How ODAC Decisions on PI3K Inhibitors Impact CLL/SLL Treatment


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Cyrus M. Khan, discusses the current use of PI3K inhibitors to treat patients with chronic lymphocytic leukemia or small lymphocytic lymphoma and how recent ODAC decisions impacted their use.

Cyrus M. Khan, MD, a hematologist at the Allegheny Health Network Cancer Institute, discusses how decisions made by the FDA’s Oncologic Drug Advisory Committee (ODAC) has impacted treatment decisions for physicians treating patients with chronic lymphocytic leukemia (CLL) and studying the use of PI3K inhibitors for these patients.

In 2022, ODAC voted 16 to 0 that any future approvals of a PI3K inhibitor for patients with CLL has to be supported by randomized data despite observed toxicities in this drug class, research showing a detriment in overall survival, and a narrow range between effective and toxic doses. According to Khan, while there have been setbacks with the use of these drugs this has made sure that any future studies must have a stronger support for OS when using a PI3K inhibitor.

Further, in 2022, ODAC also voted 8 to 4 that the benefit/risk profile of the PI3K inhibitor duvelisib (Copiktra) was unfavorable for patients with relapsed or refractory CLLor small lymphocytic lymphoma (SLL) who had at least 2 prior therapies. The committee was impressed with the progression-free survival (PFS) data with the drug which showed an extended PFS for patients with high-risk chromosome 17p13.1 deletions and/or TP53 mutations in their disease compared to ofatumumab (HR = 0.52; P < .0001). Moreover, the median PFS with duvelisib for patients in phase 3 DUO trial (NCT02004522) was 13.3 months compared with 9.9 months on ofatumumab (HR = 0.52; P < .0001).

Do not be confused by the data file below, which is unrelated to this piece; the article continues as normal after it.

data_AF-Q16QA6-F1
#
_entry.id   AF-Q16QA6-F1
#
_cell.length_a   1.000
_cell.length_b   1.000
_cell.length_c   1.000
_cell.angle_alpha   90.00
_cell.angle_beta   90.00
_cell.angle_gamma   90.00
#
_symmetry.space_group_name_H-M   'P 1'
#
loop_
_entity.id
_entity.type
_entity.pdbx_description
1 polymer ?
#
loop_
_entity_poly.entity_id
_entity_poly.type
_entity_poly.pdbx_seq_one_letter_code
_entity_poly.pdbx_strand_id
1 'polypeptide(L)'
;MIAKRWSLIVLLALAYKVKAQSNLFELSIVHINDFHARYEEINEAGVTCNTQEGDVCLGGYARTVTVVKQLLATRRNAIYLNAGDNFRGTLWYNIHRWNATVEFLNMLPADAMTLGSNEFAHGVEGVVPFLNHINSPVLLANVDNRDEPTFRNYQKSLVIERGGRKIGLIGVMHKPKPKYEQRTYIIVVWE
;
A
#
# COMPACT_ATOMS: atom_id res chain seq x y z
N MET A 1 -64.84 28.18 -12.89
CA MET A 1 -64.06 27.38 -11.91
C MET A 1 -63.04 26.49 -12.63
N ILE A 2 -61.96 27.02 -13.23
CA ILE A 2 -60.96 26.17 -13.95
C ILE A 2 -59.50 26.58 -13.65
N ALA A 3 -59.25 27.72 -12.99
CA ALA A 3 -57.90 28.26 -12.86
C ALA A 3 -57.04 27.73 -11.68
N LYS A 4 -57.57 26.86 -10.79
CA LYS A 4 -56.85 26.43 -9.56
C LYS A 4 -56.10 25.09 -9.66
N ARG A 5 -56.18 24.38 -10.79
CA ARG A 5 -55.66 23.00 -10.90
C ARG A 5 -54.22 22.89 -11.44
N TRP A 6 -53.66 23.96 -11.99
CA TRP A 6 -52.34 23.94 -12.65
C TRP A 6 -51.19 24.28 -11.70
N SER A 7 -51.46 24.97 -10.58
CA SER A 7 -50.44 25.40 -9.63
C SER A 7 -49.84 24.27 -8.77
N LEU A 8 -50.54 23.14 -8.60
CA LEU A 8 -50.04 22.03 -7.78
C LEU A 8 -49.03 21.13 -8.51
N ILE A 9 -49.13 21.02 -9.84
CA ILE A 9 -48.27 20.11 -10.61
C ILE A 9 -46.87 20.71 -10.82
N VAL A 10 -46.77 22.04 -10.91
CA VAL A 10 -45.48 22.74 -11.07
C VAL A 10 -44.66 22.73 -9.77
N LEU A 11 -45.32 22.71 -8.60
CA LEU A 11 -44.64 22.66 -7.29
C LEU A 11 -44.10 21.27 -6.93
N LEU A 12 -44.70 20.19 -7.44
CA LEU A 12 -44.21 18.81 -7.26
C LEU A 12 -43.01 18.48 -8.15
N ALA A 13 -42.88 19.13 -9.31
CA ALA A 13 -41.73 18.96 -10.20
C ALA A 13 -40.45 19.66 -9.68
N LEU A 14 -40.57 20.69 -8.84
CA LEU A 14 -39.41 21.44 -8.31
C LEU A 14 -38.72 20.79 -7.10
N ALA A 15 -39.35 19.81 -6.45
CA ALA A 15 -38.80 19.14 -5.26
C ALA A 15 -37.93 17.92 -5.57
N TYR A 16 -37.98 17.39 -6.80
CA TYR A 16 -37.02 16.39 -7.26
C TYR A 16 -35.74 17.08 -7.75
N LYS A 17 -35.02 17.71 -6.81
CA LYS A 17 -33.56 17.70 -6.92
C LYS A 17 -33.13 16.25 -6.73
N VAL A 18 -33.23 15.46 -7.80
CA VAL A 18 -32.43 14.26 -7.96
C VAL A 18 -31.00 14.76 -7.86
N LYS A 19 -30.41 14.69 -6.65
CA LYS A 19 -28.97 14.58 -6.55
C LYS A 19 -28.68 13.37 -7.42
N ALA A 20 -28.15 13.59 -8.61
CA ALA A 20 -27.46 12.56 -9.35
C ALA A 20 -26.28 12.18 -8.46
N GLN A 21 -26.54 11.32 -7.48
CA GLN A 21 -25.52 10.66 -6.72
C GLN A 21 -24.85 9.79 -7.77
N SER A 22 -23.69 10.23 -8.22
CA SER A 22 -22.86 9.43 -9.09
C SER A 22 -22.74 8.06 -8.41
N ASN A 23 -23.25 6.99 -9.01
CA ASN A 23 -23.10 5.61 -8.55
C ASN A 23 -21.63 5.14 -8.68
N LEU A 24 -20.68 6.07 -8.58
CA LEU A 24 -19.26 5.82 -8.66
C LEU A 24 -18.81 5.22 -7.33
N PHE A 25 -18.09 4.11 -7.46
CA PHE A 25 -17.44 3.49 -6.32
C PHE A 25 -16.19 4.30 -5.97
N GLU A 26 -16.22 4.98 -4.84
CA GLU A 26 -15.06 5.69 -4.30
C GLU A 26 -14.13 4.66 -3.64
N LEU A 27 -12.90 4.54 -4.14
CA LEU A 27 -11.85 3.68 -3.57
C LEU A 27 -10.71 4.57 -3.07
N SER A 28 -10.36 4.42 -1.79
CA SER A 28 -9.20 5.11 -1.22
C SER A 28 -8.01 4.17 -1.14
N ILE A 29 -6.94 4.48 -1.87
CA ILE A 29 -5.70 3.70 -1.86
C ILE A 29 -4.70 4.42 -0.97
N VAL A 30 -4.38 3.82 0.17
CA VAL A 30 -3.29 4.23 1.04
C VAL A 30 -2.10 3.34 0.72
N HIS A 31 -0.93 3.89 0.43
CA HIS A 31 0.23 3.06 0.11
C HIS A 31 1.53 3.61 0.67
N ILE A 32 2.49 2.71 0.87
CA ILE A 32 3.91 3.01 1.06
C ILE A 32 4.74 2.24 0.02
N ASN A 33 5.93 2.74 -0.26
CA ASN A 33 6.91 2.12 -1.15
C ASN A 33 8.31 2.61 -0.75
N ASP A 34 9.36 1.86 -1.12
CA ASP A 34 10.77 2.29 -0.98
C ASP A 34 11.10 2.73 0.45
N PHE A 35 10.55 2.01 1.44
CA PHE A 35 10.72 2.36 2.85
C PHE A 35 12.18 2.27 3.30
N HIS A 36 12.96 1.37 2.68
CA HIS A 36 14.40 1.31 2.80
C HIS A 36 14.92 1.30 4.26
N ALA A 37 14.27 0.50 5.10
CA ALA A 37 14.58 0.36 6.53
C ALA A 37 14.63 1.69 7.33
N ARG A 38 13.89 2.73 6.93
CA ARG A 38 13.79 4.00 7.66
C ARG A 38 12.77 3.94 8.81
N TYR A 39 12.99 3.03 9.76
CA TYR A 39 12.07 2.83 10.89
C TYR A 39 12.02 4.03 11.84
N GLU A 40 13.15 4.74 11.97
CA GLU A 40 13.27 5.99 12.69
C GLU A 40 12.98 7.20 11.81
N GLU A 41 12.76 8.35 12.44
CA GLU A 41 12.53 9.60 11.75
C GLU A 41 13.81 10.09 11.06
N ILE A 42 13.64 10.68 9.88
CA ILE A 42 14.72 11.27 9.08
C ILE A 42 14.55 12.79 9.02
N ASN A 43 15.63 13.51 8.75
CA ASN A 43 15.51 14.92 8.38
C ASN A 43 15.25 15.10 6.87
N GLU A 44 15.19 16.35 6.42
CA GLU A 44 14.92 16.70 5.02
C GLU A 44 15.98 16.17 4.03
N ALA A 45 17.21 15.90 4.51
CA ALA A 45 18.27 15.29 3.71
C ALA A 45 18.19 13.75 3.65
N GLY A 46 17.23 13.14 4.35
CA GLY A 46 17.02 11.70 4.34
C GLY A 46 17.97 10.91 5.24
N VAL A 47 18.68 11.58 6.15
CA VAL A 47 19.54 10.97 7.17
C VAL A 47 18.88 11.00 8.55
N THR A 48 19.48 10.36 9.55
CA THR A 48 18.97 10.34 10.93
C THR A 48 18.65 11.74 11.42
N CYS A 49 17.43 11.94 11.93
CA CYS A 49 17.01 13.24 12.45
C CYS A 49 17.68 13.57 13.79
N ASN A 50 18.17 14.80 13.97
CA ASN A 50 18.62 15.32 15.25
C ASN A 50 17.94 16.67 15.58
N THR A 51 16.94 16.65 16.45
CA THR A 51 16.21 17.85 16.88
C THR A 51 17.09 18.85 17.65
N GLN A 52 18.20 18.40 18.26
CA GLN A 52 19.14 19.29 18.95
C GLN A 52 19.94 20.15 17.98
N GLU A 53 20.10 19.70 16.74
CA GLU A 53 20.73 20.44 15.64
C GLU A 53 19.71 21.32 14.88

Khan discusses this decisions impact and where he believes the future of PI3K inhibition is heading for treating patients with CLL or SLL.


0:08 | ODAC sort of went back and asked what we should do about this. So, the decision was that any new PI3K inhibitor that has to be approved, they have to really show phase 3 data comparatively rather than [an] accelerated approval. So that means we can no longer have accelerated approvals of PI3K inhibitors, and they have to do a longer study showing an OS benefit over the standard of care. And that will weed out any potential problems that come up with using PI3K inhibitors.

0:40 | So this decision really impacts in a way where, naturally, the drugs are available now, whether we can use it or not and future approvals might be slower as well. It doesn't really impact CLL much honestly, we never used to use a lot of PI3K inhibitors, because typically we use BTK inhibitors, or venetoclax based regimens, clinical trials, and only then do we look at these PI3K inhibitors. So, at the very least, now we have duvelisib available to us, but again, I don't think it's a big share of our treatment protocols in CLL. A good addition, but I do think this was a good decision so we can make it safer for PI3K inhibitors to be used.

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